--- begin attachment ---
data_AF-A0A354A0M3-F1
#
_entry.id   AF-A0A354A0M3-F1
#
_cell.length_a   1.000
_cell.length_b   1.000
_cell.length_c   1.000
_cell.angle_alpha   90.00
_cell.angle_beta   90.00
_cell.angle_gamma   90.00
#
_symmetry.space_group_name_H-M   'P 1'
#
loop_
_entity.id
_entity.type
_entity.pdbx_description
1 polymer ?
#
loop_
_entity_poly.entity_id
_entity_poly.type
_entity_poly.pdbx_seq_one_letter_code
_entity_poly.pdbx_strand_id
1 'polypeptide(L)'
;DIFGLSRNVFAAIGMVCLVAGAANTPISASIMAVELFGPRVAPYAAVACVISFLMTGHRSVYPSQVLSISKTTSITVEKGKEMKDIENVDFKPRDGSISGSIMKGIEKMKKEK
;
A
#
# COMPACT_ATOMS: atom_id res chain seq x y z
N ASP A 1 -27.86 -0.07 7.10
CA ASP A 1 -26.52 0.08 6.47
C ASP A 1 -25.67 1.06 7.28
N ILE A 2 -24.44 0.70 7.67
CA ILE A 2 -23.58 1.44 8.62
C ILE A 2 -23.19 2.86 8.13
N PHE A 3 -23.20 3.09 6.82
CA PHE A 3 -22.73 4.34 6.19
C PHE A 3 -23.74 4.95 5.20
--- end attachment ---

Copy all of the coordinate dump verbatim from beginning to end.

data_AF-A0A354A0M3-F1
#
_entry.id   AF-A0A354A0M3-F1
#
_cell.length_a   1.000
_cell.length_b   1.000
_cell.length_c   1.000
_cell.angle_alpha   90.00
_cell.angle_beta   90.00
_cell.angle_gamma   90.00
#
_symmetry.space_group_name_H-M   'P 1'
#
loop_
_entity.id
_entity.type
_entity.pdbx_description
1 polymer ?
#
loop_
_entity_poly.entity_id
_entity_poly.type
_entity_poly.pdbx_seq_one_letter_code
_entity_poly.pdbx_strand_id
1 'polypeptide(L)'
;DIFGLSRNVFAAIGMVCLVAGAANTPISASIMAVELFGPRVAPYAAVACVISFLMTGHRSVYPSQVLSISKTTSITVEKGKEMKDIENVDFKPRDGSISGSIMKGIEKMKKEK
;
A
#
# COMPACT_ATOMS: atom_id res chain seq x y z
N ASP A 1 -27.86 -0.07 7.10
CA ASP A 1 -26.52 0.08 6.47
C ASP A 1 -25.67 1.06 7.28
N ILE A 2 -24.44 0.70 7.67
CA ILE A 2 -23.58 1.44 8.62
C ILE A 2 -23.19 2.86 8.13
N PHE A 3 -23.20 3.09 6.82
CA PHE A 3 -22.73 4.34 6.19
C PHE A 3 -23.74 4.95 5.20